I will concentrate on the political and ideological model that can be found in The Chronicles. But I want to be clear about one thing before starting. For me, children’s literature is just as mature as any other form and type of literature and it deserves to be analyzed exactly the same way as any other fiction. We do not have to suspend our disbelief but as C.S. Lewis says himself: “You cannot know. You can only believe or not.”

And I have chosen to believe what C.S. Lewis tells us, no matter how creative and imaginative it may be. I will start with the background I have chosen, i.e. T.S. Eliot (1888–1965) and H.G. Wells (1866–1946). T.S. Eliot, particularly in his play Murder in the Cathedral (1935) deals with the question of martyrdom when a church official is confronted to an attempt at limiting the church’s freedom from the state or any other institution.

This vision of martyrdom became a real backdrop for C.S. Lewis because of the play at the end of the 1930s in the Canterbury Festival, then the film at the beginning of the 1950s and finally the opera by Pizzetti in Italian and in German (for Karajan) at the beginning of the 1960s, too late for The Chronicles.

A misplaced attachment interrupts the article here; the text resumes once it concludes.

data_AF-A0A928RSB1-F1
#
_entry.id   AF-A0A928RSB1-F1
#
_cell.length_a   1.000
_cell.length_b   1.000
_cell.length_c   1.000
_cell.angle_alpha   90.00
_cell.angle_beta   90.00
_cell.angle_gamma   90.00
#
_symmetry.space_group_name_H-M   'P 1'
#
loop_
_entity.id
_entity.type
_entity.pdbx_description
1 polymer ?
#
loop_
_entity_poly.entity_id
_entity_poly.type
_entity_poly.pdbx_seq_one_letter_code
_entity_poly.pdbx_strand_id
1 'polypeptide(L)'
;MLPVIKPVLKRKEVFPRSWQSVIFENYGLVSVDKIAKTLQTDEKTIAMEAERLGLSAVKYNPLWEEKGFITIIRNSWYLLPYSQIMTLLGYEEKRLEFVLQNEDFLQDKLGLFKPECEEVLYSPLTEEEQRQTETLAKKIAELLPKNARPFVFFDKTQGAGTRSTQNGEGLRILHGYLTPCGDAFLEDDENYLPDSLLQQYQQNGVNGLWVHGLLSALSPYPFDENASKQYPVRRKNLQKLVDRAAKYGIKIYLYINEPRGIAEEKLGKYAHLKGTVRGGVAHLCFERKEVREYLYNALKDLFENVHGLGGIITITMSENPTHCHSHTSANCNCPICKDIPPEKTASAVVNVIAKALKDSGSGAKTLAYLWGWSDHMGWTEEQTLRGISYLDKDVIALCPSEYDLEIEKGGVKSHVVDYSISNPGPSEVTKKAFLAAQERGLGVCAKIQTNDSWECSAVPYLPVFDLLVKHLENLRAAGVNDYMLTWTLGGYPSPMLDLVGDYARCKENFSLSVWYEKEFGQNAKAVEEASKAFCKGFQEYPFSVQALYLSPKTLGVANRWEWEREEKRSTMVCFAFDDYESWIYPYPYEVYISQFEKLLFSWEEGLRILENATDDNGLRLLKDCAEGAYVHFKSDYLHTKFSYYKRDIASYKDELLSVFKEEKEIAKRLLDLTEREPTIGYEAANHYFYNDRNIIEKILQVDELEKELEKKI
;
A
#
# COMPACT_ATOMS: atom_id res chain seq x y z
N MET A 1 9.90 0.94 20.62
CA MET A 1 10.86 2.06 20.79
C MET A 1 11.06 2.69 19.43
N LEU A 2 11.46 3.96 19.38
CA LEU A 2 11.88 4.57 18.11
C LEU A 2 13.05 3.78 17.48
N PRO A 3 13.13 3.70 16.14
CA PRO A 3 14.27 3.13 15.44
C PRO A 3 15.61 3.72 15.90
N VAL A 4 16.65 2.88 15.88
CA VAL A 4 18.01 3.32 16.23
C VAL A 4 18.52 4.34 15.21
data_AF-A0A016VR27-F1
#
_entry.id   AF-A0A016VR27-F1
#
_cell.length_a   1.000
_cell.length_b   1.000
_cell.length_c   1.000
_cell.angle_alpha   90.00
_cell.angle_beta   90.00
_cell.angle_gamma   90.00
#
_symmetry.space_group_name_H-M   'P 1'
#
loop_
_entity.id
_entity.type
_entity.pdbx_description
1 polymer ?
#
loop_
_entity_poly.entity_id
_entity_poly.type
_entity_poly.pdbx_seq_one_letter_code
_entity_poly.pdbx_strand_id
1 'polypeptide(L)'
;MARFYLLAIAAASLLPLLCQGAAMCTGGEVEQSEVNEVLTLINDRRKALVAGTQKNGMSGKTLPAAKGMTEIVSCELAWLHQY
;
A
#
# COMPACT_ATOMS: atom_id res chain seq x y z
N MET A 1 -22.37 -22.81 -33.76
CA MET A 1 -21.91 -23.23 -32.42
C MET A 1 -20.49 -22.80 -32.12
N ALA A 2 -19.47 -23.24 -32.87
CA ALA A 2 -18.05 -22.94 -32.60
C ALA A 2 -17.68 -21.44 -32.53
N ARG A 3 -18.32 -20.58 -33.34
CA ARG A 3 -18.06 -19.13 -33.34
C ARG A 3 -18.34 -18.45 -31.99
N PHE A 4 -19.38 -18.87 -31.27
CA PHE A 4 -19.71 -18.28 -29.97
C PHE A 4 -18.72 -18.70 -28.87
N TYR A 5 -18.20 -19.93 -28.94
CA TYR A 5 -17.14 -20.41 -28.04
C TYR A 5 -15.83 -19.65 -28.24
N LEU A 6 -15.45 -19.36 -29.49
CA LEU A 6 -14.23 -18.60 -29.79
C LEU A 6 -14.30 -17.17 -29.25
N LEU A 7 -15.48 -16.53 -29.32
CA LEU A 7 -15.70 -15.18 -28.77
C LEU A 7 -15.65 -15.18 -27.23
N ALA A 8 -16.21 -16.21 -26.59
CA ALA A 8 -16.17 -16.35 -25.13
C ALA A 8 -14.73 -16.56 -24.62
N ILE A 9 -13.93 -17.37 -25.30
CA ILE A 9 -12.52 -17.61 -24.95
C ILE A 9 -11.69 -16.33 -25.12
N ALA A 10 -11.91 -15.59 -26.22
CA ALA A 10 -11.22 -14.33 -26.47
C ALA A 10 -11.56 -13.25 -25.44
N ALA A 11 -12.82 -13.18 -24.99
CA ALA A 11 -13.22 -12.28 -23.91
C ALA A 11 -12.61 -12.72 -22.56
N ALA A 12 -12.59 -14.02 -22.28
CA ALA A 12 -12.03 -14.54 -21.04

H.G. Wells defends a eugenic vision of the world and he is a backdrop for C.S. Lewis because of the vast and lasting success of his early novels like The Time Machine (1895) or The Invisible Man (1897) at the end of the 19th century and beginning of the 20th century and because of his commitment to eugenics all his life in many writings, in film with his 1936 Things to Come by Alexander Korda and William Cameron Menzies in which he envisaged the end of the world we know by a universal war in 1940 and the rebuilding of a truly human society.

The Time Machine was adapted a first time by George Pal in 1960, an adaptation that may have come across to C.S. Lewis though too late for The Chronicles. Of course, the second adaptation by Simon Wells in 2002 does not have to be considered, though the great-grandson of the author corrects part of the eugenics of his great-grandfather.